On my return to the UK in November 2014, the Odyssey had elapsed 1,846 days and 189,052 kilometres.
(41) In May 2015 (now based in Continental Western Europe), I set off back to Istanbul, then cross northern Turkey via Sinop, Amasya, Trabzon and Erzurum and enter Georgia, crossing from Batumi to Mtshketa and the Azerbaijani border. I cross Azerbaijan via Ganja and Barda to the Absheron Peninsula, make a quick trip to Xinaliq in the mountains. (42i) In late May I drive north through Russia to the ‘Golden Ring’ region, then further north via Vologda and Kirov to (42ii) the North Urals where I make a trip to the incredible rock formations of Manpupunyor. Then up to Arkhangelsk on the White Sea and further north to Murmansk, the Kola Peninsula and Tersky Coast, before heading back south to Petrozavodsk, and exiting Russia near Pskov.
On my return to base in Europe in July 2015, the Odyssey had elapsed 1907 days and 208,819 kilometres.
In November 2015, I purchase a second vehicle; a petrol-engined Toyota Hilux Surf, which I begin to overhaul and prepare for a trip through the coldest parts of Russia in the depths of winter.
(43i) In August 2017, a year later than originally planned I set off from my base in Europe and drive into Russia’s Kaliningrad Region, then out into Lithuania via the Curonian Spit and re-enter Russia proper, close to Pskov. From Pskov I reach the source of the Volga River and follow it roughly to the Republic of Tatarstan, where I turn north into the Urals, which I cross as far north as possible. I cross western Siberia, cutting through the most northerly corner of Kazakhstan and stopping in the city of Petropavl, continuing east and then south into the Kuznetsk Coal Basin.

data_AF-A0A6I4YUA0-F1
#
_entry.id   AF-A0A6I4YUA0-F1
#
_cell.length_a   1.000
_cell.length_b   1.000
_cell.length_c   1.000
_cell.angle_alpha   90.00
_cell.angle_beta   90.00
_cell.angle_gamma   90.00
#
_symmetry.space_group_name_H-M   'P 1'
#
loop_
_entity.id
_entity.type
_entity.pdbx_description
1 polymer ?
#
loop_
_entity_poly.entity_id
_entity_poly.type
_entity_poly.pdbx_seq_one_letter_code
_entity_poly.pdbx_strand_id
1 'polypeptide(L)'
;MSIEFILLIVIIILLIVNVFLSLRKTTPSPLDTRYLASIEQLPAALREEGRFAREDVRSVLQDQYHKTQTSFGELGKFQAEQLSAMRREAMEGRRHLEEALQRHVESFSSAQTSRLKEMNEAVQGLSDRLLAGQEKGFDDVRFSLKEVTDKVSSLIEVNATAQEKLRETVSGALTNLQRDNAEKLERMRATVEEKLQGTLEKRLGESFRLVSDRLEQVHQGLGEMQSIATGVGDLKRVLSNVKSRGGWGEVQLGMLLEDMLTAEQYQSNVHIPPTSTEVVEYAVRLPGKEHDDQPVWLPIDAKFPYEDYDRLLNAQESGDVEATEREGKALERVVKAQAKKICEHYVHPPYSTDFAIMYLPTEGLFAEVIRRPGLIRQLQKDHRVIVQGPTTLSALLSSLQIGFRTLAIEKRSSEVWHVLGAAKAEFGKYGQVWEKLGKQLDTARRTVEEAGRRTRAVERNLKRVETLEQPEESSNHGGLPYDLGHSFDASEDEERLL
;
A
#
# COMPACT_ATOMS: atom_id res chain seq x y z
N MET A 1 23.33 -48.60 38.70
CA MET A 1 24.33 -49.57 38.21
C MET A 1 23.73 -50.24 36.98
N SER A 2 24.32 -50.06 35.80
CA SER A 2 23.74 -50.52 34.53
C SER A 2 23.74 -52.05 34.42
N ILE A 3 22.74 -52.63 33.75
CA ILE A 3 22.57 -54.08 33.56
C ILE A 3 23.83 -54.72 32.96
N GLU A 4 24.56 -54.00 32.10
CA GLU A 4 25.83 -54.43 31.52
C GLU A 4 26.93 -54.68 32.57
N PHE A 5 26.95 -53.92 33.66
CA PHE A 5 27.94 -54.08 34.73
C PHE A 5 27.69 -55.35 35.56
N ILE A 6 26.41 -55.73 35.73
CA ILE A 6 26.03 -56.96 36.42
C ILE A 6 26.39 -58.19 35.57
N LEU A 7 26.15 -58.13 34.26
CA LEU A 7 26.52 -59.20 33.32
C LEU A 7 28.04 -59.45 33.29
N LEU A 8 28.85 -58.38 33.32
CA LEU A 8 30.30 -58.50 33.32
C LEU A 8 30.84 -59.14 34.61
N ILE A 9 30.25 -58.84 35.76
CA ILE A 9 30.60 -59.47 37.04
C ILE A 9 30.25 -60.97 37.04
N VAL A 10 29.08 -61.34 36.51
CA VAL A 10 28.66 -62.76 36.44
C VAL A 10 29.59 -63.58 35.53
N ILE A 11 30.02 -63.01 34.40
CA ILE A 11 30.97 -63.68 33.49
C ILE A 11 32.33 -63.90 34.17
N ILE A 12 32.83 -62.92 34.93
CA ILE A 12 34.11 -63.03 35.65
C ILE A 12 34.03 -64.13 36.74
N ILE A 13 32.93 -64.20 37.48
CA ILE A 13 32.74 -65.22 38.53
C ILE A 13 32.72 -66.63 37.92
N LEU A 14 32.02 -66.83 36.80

(43ii) From here, I cross via rough mountain tracks into the glorious grasslands of Khakassia, then cross the Western Sayan Mountains into the Republic of Tuva. Turning north once more, I cross eastern Siberia via Irkutsk, Lake Baikal and the Republic of Buryatia to the far flung town of Nerchinsk. Beyond here, it’s a long drive (43iii) into the Russia Far East, where I stop in Blagoveshchensk, Khabarovsk and Vladivostok. I then make my way through the beautiful coastal forests of Primorsky Territory and backtrack more than two thousand kilometres to turn north onto the Lena Highway, where I enter the Republic of Yakutia and immediately encounter an early onset of winter. I glimpse the Lena River then turn east onto the Kolyma Highway, passing more than two thousand kilometres of stunning wilderness before reaching the end of the road in the city of Magadan. From Magadan I fly back to Moscow, and then out of Russia.
On reaching Magadan in October 2017, the Odyssey had elapsed 1972 days and 232,031 kilometres.
(44i) In January 2018 I fly via Moscow to Magadan, spend a week doing preparation and maintenance on the truck, fly to Kamchatka for a week, then leave Magadan, heading west. I drive through the spectacular winter scenery of the Kolyma Highway, making a side trip to Oymyakon, then heading further west via Khandyga to Yakutsk. From here I head west on the frozen Lena River, covering around twelve hundred kilometres, mostly on ice, via the towns of Olyokminsk and Lensk to the town of Peleduy.
(44ii) From Peleduy I take a private road through the Talakan oil fields and join the Tas-Yuryakh to Verkhnemarkovo zimnik (winter road). Reaching Ust-Kut, I drive east on the BAM road to Severobaikalsk and from nearby Baikalskoye, drive 223 kilometres across the frozen surface of Lake Baikal to the town of Ust-Barguzin, continuing south to join the main Trans-Siberian Highway and stopping in Irkutsk. It’s then a short highway section to the beautiful city of Tomsk from where I drive on north-west to historic Narym. (44iii) I then join another zimnik which connects with the Ob River and the oil-rich Khanty-Mansi Autonomous Region, continuing north into the gas-rich Yamalo-Nenets Autonomous Region, where I stop in Novy Urengoy and Nadym. From here I must take another zimnik following the route of Stalin’s Trans-Polar Mainline, to the the regional capital Salekhard. From here I drive south on the Ob River zimnik to Priobye, where I pick up an asphalt road and drive directly to Moscow.